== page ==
With Square Enix preparing to have a busy end to 2022 – the likes of The DioField Chronicle, Crisis Core – Final Fantasy VII – Reunion and Star Ocean: The Divine Force are all due for release on Xbox – it is only fair to give potential suitors a look at one of them. There is a free demo out on the Xbox Store for The DioField Chronicle and, after giving it a play, we are all the more eagerly awaiting the full release.
In The DioField Chronicle, you control a small band of fighters. A tragic event occurred some years ago that is vaguely referred to in the prologue, and since then this band of warriors have been traversing the world. They come across some bandits attacking a carriage and step in to help, and in doing so save a woman who can get them into a wider army. It all seems a bit too easy for this warrior trio, and perhaps their way into something far deeper they have been searching for for a while.
As The DioField Chronicle is a tactical RPG from Square Enix – arguably the forefathers of the genre as it is commonly known – fans are rightly intrigued by what the game offers. In this playable demo, you can play the entire first chapter, and even transfer data over to the main game. It is an interesting offer, and clearly shows that Square Enix have faith in their end product.
It isn’t a traditional tactical RPG however, and that is made blatantly apparent as soon as you gain control of your units. For starters, there is no grid that would traditionally accompany a tactical RPG. The DioField Chronicle fuses turn-based tactical and real-time strategy, presenting an amalgamation of them both. You still control your units on the battlefield and can command them to use their abilities which will also pause the game. Engage in combat though and it will only end when there is a victor, or you run away. It feels like a natural evolution in the same way that turn-based RPGs are almost a thing of the past.
The DioField Chronicle also throws away the pixel art style synonymous with tactical RPGs from those at the very beginning to more modern entries such as Wargroove. It still has an art style that gives it a real identity, but it is much more modern.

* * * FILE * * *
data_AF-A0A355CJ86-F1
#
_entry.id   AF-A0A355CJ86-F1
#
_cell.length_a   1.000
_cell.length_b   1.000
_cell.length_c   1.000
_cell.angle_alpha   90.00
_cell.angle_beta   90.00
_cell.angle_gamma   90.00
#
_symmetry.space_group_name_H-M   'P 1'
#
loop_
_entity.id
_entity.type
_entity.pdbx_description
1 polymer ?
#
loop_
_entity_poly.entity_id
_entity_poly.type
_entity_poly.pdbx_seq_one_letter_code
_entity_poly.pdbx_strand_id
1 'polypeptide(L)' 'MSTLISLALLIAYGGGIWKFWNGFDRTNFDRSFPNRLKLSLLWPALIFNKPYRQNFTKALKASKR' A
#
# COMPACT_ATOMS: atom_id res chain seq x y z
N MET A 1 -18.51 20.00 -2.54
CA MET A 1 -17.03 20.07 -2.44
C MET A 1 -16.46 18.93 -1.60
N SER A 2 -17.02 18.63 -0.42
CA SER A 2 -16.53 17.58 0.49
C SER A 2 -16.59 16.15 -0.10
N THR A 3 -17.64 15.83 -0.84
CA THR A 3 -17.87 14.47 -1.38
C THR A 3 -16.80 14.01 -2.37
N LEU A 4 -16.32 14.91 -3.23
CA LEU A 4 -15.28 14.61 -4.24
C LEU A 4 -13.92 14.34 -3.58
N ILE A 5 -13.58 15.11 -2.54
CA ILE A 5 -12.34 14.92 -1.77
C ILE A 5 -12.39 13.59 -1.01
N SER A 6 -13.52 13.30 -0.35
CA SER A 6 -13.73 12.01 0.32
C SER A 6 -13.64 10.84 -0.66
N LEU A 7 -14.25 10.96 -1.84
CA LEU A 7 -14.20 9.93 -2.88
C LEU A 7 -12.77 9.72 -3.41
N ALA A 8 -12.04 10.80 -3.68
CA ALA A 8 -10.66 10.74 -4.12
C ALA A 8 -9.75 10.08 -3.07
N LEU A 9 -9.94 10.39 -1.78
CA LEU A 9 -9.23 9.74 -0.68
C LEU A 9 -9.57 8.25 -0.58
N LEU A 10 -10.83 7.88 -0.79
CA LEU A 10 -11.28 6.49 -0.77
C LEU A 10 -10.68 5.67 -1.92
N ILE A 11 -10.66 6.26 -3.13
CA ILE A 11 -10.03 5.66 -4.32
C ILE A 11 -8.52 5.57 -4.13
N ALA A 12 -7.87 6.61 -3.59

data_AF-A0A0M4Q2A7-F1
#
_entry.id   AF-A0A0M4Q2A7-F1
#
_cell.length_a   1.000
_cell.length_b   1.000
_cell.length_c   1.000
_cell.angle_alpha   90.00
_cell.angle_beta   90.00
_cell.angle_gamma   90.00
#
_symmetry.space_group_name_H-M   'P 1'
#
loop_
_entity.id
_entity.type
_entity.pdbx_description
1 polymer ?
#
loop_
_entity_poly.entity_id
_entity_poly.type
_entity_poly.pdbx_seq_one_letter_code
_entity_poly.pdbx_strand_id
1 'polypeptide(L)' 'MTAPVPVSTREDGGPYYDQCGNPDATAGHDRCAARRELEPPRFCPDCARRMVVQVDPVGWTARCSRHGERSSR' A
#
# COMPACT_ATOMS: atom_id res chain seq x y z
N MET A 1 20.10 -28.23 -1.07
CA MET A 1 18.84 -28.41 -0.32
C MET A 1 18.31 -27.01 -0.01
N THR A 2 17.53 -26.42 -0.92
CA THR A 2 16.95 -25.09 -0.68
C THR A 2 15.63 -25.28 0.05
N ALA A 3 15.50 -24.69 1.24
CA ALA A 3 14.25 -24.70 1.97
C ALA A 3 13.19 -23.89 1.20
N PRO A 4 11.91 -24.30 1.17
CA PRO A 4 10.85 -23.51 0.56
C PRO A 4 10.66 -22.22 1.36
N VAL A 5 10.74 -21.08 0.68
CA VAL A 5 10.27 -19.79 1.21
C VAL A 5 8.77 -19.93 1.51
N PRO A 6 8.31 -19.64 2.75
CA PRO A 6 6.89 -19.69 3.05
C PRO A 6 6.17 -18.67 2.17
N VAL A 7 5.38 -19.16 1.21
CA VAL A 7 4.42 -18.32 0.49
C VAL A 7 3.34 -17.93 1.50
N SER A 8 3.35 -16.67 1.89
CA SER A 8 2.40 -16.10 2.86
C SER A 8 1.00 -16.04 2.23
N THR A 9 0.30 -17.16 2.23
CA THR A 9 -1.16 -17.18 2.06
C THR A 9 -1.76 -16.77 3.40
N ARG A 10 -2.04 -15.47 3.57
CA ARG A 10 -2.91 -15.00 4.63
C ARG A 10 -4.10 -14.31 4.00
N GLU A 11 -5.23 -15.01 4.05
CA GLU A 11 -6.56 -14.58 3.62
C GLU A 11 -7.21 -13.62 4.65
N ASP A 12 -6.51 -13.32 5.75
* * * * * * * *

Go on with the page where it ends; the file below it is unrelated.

Another comparison to make would be with Final Fantasy XII: The Zodiac Age. This is first and foremost a story of an impending war happening on the mainland that the island of DioField will have no option but to join in with at some point. The main narrative of Final Fantasy XII was, personally speaking, what let it down from being one of the best Final Fantasy titles, but the war plot in The DioField Chronicle has me excited.
Not only that, but the typeface for The DioField Chronicle really reminds of Final Fantasy XII. It is clean, easy to read and understand, and the UI isn’t too cluttered.
Tactical RPGs have always felt like playing a board game, and The DioField Chronicle wants to replicate that feeling in its appearance too. Character models have an almost sculpture-like aesthetic to them, like they have been painted like a board game piece. This then matches up with the battlefields you will be fighting on. It isn’t immediately apparent on the first couple of missions you are sent on, that are predominantly set in a more rural setting. But the third mission has you defending an urbanised area and you can really get a sense of the diorama inspired environments.
We aren’t talking Wartile here, where the environment was a diorama that you could easily display on a mantelpiece with very little else. In The DioField Chronicle, again it feels like a fusion between these diorama-esque settings and a more lifelike map. But there is still a real beauty to everything.
In between missions you have a hub area where you can relax a bit. Here you will find all your other allies and other NPCs to interact with. There is also a shop, laboratory to improve weapons and level up abilities and more. Certain areas are blocked off initially, but even during the demo you’ll find that new areas open up.
The demo for The DioField Chronicle is the entire first chapter of the game, which is a generous offering which really lets you get a feel. Progress can even be transferred over to the main game when it becomes available on 22nd September 2022. We are assuming that means game progress, items and levels, though this has not been confirmed. Either way, this is a decent length for a trial, and things are looking positive for the full release.
The demo for The DioField Chronicle is on the Xbox Store now if you want to give it a try for yourself. It’s also on the stores of PlayStation, Nintendo Switch and PC. Things are looking very positive for The DioField Chronicle, and this demo is just enough to whet your appetite for a bit more. Thankfully, there isn’t much longer to wait, as the release date is imminent.
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The DioField Chronicle releases come 22nd September on Xbox One, Xbox Series X|S, PS4, PS5, Nintendo Switch and PC via Steam.